On June 11-12, 1864, Union and Confederate cavalries clashed near Trevilian Station, west of Louisa Court House in Central Virginia. General Philip Sheridan had headed west as the Federal armies aimed toward Petersburg; he was supposed to link forces with General David Hunter in the Shenandoah Valley. In a joint effort, Sheridan and Hunter could destroy the Virginia Central Railroad and other vital supply routes toward Petersburg and the Confederate army. Ideally, Hunter and Sheridan could then close in Richmond and Petersburg by heading east and help Grant to trap Lee and the Army of the Northern Virginia.
Sheridan started off on June 7, 1864, with the cavalry divisions commanded by Generals Alfred Torbert and David Gregg, about 9,300 men with 24 horse artillery guns and 125 wagons. The headed west along the North Anna River, heading for Trevilian Station on the Virginia Central Railroad.
Two days later—on June 9—Confederate cavalry divisions led by Generals Wade Hampton and Fitzhugh Lee started a pursuit. With about 6,400 and 15 guns, the Confederates hurried along a shorter route of march and arrived at Trevilian Station on June 10, outpacing the Union detachment. The Confederate commanders planned to attack first and split their forces to move along two roads toward the Union camp near Clayton’s Store.
On June 11th, fighting erupted along different roads and Hampton battled Torbert, pushing him back toward the Federal camps. Meanwhile, Lee skirmished with George A. Custer’s brigade to the east. Forced to fall back, Lee opened the Confederate line and Custer moved through the gap, capturing Hampton’s wagon train near the railroad tracks and station.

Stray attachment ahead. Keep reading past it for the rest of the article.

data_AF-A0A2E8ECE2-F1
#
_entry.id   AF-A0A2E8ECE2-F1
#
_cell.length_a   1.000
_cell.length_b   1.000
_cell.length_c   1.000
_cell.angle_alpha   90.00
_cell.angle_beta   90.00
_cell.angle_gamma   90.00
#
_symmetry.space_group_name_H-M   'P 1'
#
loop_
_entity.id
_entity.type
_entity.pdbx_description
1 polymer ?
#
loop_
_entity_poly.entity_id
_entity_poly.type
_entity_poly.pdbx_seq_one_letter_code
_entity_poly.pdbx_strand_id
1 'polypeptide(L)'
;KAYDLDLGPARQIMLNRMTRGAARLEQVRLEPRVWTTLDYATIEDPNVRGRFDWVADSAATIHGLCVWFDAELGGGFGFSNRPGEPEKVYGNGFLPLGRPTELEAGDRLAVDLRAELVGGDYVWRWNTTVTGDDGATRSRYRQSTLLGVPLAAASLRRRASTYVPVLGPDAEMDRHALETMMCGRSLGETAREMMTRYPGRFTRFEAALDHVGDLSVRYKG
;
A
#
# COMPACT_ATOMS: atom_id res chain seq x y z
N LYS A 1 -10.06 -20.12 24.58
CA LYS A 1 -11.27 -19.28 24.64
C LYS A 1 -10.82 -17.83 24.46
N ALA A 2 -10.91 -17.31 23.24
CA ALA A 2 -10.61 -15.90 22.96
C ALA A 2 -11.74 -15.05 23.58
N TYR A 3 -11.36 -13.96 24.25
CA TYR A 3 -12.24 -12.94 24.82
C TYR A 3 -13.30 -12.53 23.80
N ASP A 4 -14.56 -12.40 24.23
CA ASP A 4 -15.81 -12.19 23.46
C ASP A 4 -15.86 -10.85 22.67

With Custer in his rear, Hampton reacted quickly, sending Thomas Rosser’s brigade to attack Custer. The former West Point classmates clashed and forced Custer to give up his captured wagons and fight surrounded until Sheridan sent additional cavalry to relieve his impulsive young general. Toward the end of the day, the Confederates retreated—Hampton to the west of Trevilian Station, Lee back toward Louisa Court House.
In the night, Hampton’s men prepared a defensive angle using the wooded terrain, open ground, and the embankments of the railroad tracks. Lee joined Hampton on the morning of June 12th, strengthening the line. Sheridan’s troopers spent part of the day tearing up five miles of railroad track, then started launching attacks against the Confederate position.
The fighting raged fiercely with multiple charges against the Confederate fortifications. The troopers began to the call the place “their own Bloody Angle”—referencing back to the fierce infantry fight at Spotsylvania’s Mule Shoe Salient weeks earlier in the Overland Campaign. By the end of the day, the Confederates still held the contested ground, and Sheridan fell back, failing in his objectives to join General Hunter or complete permanent damage to the Virginia Central Railroad. The Union accounted for 735 casualties in the Battle of Trevilian Station, and historians estimate Confederate losses around 1,000.
Around 2,000 acres of Trevilian Station battlefield has been preserved, and the Trevilian Station Battlefield Foundation has created an excellent driving tour, partnering with Civil War Trails. (Link to the driving tour directions here.) A mapped and blazed trail system runs through a portion of the wooded battlefield land and is accessible for hikers and equestrian trail riders from Memorial Day through Labor Day.
Check out the Trevilian Station Battlefield Foundation’s Facebook page for information about when their headquarters is open and for additional notices about the trail system.